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    Posted July 12, 2014 by
    Related to: The American Dream is out of reach
    So say nearly 6 in 10 people who responded to CNNMoney's American Dream Poll, conducted by ORC International. They feel the dream -- however they define it -- is out of reach.
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    My American Dream is …

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    How Our Generation is Changing the American Dream Forever

    It’s been said by many that the American Dream is dead and that most of us millenials have little chance of achieving the American Dream unless we were born wealthy, have an athletic or musical talent, or are incredibly lucky. Suze Orman even bluntly declared that, “the American dream is dead for the majority of America.” In a way, she may have a point- after all, unemployment for the 35 and under demographic remains unusually high, home ownership is out of reach for many thanks to tightened lending regulations and skyrocketing housing prices, and the stock market seems reluctant to show continuous positive growth.

    So why are so many young people still so…optimistic?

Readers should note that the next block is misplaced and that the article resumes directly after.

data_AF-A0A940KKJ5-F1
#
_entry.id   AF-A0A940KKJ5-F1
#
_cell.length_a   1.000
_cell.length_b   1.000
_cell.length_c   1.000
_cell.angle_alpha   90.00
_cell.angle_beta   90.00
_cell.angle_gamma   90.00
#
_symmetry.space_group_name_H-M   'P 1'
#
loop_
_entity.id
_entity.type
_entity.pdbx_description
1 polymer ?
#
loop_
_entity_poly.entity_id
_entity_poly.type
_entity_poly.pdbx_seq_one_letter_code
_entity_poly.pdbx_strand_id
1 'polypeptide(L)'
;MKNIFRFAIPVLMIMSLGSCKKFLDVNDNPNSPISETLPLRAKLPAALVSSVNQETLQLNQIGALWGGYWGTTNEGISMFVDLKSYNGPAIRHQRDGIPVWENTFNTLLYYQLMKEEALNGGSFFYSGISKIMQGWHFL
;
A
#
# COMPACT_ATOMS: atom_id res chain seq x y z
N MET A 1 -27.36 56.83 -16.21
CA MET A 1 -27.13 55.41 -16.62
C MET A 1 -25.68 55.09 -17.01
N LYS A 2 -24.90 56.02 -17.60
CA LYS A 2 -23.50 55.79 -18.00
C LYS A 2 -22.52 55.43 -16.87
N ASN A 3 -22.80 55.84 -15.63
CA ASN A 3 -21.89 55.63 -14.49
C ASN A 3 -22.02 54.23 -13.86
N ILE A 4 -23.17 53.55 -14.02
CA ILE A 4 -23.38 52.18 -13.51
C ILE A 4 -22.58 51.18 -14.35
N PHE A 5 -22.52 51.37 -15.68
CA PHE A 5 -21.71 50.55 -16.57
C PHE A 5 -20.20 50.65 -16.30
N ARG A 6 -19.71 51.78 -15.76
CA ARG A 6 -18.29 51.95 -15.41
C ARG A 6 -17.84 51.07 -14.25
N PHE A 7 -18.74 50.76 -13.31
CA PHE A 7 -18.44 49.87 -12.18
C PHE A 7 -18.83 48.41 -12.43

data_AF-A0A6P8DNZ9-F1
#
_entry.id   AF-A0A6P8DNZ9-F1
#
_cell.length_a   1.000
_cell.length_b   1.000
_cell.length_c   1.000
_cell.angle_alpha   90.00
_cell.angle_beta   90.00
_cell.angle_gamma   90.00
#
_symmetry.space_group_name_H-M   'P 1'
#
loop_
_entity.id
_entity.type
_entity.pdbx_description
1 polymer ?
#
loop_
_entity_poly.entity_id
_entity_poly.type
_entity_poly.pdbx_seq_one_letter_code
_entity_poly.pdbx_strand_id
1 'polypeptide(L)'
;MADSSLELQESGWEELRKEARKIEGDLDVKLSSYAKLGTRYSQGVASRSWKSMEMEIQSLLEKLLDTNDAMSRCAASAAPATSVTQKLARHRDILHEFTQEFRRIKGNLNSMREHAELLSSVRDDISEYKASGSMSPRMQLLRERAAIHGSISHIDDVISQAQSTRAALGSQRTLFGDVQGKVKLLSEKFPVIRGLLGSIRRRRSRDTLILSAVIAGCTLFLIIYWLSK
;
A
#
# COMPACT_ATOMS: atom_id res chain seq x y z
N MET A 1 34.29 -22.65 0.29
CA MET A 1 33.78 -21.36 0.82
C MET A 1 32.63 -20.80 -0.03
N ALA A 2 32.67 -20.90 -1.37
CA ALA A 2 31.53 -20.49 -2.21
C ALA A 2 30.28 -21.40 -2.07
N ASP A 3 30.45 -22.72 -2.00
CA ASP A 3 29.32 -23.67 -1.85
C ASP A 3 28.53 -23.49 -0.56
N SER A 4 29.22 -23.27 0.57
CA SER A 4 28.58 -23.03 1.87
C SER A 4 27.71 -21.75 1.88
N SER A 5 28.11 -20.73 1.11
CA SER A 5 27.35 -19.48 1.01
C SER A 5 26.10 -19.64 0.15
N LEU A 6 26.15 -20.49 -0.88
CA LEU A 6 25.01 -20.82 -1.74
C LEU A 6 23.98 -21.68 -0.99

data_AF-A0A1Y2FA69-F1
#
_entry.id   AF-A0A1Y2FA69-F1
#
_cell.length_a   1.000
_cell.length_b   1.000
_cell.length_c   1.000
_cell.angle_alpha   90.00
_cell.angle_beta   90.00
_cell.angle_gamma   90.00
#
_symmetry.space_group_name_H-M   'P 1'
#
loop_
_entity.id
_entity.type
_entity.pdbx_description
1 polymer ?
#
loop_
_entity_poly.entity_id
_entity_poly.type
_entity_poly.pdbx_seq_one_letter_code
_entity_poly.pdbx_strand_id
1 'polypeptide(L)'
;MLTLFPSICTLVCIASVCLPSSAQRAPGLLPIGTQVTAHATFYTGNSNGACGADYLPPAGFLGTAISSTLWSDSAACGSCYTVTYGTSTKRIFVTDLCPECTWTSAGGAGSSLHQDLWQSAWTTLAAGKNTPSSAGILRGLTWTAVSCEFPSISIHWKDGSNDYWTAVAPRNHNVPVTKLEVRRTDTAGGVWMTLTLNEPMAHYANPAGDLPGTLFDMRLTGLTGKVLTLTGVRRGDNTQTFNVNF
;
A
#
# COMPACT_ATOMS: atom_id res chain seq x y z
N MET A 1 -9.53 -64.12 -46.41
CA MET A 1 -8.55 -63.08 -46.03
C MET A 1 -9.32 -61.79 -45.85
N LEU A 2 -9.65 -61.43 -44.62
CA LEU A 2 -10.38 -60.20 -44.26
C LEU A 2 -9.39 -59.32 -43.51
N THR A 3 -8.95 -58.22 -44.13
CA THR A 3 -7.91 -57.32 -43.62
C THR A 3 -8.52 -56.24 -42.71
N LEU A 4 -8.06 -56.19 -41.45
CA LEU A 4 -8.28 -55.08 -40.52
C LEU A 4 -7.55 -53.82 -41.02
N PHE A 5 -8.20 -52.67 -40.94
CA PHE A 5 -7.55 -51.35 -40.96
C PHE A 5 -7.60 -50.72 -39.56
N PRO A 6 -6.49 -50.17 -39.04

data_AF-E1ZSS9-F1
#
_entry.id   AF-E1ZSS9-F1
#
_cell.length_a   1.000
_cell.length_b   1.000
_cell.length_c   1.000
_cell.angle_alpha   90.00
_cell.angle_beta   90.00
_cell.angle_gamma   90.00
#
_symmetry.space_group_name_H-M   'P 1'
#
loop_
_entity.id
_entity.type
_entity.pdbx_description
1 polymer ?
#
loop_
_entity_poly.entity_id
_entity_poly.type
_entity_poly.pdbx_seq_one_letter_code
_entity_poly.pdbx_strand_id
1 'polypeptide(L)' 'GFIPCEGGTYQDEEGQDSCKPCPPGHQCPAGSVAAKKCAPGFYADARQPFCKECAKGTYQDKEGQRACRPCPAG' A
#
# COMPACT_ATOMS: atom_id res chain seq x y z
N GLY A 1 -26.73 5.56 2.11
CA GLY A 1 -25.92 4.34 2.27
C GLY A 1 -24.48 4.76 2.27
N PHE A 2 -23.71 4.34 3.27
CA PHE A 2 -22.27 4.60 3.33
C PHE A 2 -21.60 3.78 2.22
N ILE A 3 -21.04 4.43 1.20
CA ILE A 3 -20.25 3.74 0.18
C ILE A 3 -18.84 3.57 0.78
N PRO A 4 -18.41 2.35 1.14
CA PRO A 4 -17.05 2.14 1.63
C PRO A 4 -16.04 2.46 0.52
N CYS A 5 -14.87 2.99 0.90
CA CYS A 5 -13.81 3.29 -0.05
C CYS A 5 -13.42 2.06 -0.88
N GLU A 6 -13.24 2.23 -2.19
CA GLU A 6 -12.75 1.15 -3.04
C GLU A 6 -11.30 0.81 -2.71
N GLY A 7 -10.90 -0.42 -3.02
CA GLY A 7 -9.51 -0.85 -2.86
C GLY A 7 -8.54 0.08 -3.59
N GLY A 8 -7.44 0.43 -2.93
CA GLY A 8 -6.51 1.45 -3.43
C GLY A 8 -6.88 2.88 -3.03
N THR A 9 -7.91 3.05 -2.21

It’s because the American Dream has shifted along with the changing of the generational guard. Whereas the United States used to be more homogenous in nature and shared a collective mindset, we have shifted and become a nation of individuals with no defined goal- except to live life on our own terms and make a difference in the world.

    Even pop group MKTO, who claim that their name represents “Misfit Kids and Total Outcasts,” provide a frank assessment of the American Dream in their song of the same name with lyrics:

    Say goodbye to white picket fences
    Say hello to palm trees and Benzes
    We don’t want two kids and a wife
    I don’t want a job I just want a life

    Like many of my generation, we grew up being held to benchmarks and standards set by someone else in an attempt to force us to conform to some predetermined ideal- usually influenced by our parents, society, the media, or some combination of all three. Since the day we were born, our parents checked off boxes to make sure we were meeting benchmarks. Were we sitting up by the time we were eight months old? Were we able to identify colors by age two? Were we able to dribble a basketball by the time we were six? When we were 18, did we make a socially acceptable college choice? Of course our parents had our best interests in mind- they wanted us to meet all of these targets so that we could all eventually get married by the time we were 25, buy a house in the suburbs and an SUV, have two kids by the time we were 30, and retire by 55, watching our children and grandchildren repeat the endless cycle.